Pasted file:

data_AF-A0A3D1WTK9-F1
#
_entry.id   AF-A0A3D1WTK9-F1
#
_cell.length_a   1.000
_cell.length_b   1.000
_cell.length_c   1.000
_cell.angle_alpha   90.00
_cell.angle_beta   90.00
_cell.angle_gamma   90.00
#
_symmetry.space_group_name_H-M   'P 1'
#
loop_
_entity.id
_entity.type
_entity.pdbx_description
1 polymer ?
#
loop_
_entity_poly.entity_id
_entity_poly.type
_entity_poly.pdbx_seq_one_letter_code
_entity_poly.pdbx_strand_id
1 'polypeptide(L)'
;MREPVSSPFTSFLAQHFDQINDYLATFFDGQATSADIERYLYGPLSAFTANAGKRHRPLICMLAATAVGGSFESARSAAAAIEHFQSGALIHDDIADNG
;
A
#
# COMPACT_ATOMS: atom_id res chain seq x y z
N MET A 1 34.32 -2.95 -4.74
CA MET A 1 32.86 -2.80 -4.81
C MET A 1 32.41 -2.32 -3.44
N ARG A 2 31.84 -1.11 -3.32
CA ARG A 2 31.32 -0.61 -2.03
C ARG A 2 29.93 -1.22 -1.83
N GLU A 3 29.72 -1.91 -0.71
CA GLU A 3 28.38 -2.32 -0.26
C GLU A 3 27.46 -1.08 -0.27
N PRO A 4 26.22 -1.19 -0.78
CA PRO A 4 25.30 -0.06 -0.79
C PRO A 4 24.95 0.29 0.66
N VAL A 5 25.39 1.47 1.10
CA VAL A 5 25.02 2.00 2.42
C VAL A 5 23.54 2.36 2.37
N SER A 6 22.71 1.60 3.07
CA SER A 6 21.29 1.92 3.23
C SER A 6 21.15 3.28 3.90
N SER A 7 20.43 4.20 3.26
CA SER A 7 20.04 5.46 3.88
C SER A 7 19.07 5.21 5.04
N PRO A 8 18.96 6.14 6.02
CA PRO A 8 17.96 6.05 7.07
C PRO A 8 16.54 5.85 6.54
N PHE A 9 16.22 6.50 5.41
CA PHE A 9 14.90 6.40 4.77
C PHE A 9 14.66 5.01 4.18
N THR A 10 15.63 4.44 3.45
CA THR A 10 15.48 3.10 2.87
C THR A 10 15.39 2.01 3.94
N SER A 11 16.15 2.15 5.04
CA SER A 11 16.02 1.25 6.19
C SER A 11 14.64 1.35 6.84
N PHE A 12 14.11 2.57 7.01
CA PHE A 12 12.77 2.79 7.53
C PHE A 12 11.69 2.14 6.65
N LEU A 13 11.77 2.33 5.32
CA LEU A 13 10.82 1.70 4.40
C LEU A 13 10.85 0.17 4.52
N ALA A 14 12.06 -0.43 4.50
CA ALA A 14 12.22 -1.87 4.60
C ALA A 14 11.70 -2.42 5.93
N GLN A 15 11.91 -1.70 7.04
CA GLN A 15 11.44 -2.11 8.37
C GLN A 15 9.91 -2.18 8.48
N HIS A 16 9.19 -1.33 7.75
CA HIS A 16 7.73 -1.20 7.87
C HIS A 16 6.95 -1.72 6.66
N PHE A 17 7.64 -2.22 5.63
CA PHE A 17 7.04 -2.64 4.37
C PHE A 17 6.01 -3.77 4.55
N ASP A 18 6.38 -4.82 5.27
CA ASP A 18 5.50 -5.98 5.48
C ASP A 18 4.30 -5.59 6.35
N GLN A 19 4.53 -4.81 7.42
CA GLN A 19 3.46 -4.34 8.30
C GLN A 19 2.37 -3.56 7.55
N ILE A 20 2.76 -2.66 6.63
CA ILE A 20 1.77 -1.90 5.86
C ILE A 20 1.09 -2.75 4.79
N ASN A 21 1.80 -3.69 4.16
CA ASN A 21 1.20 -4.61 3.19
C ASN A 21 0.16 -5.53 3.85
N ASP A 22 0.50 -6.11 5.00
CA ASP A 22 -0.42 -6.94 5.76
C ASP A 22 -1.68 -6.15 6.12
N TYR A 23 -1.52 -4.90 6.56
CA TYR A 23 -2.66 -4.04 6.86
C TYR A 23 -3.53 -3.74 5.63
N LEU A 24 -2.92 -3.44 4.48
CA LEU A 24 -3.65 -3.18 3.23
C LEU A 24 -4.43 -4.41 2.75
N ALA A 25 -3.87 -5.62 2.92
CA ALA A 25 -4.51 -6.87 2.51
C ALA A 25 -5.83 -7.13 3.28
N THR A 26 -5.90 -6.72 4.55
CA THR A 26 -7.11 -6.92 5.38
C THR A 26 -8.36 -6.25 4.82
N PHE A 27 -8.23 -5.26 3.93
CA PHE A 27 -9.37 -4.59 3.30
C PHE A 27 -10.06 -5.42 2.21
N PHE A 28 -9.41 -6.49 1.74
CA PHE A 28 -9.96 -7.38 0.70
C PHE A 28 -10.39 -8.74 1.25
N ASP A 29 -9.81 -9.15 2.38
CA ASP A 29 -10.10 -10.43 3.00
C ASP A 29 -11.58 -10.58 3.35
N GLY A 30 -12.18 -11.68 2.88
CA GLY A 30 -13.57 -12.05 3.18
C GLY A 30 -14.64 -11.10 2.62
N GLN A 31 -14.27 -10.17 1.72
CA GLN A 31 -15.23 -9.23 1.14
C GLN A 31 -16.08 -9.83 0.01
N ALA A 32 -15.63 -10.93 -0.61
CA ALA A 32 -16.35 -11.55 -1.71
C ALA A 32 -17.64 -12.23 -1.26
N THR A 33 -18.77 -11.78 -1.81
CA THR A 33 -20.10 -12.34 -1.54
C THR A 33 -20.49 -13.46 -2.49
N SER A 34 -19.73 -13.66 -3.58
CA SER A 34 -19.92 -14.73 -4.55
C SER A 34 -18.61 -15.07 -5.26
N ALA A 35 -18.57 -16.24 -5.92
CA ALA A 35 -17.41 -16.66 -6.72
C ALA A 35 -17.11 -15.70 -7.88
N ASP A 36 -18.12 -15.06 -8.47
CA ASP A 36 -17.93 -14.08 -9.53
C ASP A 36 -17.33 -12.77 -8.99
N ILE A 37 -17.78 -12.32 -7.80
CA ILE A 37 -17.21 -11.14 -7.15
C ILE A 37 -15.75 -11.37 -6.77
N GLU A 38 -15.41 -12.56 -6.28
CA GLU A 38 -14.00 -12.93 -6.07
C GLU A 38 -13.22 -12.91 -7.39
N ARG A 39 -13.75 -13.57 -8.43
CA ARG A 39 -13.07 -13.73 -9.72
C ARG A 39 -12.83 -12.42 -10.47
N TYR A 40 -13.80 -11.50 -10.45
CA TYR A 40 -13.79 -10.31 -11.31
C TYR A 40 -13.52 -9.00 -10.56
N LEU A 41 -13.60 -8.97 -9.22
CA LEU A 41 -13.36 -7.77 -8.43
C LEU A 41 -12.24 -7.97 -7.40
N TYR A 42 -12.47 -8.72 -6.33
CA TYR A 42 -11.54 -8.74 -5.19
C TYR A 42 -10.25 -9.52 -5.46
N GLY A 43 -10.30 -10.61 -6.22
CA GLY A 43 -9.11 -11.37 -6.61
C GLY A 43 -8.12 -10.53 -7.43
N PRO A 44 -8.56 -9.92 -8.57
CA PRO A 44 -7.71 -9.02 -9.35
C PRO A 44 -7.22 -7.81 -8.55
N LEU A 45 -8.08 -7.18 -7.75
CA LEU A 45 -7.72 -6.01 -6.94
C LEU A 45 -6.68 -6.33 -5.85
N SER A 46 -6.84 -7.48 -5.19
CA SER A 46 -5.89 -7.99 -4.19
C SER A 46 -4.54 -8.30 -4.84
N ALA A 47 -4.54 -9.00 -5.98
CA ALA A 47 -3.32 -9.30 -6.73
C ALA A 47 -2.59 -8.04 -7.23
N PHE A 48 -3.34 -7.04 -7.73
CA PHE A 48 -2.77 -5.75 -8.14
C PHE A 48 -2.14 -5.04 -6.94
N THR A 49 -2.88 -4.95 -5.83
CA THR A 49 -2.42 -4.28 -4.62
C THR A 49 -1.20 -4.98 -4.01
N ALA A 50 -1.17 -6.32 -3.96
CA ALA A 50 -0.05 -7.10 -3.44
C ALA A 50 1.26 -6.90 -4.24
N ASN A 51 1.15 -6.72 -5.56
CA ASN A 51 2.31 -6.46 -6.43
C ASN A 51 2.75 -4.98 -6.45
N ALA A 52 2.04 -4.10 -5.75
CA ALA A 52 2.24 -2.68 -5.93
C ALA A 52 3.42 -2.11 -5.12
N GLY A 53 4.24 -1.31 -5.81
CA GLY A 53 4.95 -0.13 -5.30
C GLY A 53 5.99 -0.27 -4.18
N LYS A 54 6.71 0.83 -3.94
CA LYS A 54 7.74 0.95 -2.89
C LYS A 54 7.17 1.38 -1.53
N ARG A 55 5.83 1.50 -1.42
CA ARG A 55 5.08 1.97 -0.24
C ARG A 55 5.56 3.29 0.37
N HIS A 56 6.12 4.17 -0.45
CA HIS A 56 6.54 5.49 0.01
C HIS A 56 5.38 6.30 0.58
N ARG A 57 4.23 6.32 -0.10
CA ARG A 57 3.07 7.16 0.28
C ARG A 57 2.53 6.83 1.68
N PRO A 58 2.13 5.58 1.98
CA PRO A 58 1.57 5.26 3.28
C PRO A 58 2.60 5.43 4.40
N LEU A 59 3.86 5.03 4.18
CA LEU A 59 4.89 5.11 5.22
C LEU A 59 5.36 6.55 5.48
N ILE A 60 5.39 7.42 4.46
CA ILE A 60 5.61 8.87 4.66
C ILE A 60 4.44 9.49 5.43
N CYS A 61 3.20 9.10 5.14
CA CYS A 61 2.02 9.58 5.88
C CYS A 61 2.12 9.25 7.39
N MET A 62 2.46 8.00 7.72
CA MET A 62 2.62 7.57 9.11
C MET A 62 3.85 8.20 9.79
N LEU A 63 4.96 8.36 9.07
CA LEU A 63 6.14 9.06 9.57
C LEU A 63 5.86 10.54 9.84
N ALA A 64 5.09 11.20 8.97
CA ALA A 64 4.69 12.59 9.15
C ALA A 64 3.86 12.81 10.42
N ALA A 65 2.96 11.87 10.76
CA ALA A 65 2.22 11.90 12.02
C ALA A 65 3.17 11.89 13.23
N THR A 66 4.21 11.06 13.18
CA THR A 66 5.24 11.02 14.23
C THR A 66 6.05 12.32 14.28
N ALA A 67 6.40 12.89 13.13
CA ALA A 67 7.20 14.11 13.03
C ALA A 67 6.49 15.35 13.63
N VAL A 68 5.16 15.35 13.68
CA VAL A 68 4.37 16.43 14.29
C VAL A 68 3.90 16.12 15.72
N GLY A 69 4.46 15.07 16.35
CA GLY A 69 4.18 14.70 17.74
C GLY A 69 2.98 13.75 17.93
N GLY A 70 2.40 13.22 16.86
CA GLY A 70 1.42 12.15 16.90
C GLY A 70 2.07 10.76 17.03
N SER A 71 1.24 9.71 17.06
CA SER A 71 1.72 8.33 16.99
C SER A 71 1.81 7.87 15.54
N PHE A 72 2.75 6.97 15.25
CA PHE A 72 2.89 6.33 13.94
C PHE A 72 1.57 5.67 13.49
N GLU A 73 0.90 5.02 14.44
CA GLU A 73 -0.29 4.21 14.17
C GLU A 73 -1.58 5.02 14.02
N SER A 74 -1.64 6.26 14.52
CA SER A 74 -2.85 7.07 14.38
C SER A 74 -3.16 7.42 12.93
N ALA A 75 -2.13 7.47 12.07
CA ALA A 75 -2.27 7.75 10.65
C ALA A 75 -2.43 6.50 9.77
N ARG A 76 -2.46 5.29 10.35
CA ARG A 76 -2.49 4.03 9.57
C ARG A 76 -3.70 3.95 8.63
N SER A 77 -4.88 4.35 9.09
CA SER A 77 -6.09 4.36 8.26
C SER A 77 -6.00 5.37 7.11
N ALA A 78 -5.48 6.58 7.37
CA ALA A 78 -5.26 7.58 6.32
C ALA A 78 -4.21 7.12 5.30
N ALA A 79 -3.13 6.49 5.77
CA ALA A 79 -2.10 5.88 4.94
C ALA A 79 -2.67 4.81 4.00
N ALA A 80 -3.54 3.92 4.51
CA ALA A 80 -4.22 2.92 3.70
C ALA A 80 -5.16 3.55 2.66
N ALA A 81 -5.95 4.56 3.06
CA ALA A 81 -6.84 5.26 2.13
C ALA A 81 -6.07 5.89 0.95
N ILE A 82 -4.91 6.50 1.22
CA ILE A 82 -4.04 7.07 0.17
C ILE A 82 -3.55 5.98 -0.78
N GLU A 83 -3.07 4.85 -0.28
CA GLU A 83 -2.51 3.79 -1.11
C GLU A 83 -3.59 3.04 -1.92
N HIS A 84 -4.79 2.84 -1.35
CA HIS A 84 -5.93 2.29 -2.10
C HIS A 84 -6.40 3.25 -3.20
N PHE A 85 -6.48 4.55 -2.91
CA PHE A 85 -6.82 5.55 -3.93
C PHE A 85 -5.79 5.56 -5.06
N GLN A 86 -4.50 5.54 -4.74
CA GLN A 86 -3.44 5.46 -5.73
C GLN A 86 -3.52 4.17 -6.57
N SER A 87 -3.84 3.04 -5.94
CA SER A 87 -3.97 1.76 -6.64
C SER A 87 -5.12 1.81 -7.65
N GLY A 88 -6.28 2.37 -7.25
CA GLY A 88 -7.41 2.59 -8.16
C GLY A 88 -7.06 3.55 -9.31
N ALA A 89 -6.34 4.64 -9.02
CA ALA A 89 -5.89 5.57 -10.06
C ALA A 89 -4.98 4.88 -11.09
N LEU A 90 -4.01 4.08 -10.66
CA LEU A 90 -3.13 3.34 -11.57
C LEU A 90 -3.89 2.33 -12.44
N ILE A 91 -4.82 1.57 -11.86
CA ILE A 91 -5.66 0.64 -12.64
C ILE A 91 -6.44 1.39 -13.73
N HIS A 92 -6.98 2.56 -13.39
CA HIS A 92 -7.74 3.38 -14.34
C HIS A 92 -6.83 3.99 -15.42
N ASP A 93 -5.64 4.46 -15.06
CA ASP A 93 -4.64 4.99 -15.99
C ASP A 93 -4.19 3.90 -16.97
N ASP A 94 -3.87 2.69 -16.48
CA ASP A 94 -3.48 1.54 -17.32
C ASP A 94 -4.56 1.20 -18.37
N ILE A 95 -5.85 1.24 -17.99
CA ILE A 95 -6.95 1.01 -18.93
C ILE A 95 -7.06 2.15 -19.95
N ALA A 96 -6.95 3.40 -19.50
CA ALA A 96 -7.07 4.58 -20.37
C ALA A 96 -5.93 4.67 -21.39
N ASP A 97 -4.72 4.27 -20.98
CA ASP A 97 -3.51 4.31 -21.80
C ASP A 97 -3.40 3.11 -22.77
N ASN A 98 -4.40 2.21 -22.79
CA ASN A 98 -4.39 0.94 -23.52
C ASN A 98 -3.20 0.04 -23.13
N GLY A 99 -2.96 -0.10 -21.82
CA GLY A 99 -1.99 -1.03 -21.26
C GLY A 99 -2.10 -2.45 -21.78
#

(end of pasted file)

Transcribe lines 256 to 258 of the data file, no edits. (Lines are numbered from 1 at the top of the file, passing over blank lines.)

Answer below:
N ARG A 76 -2.46 5.29 10.35
CA ARG A 76 -2.49 4.03 9.57
C ARG A 76 -3.70 3.95 8.63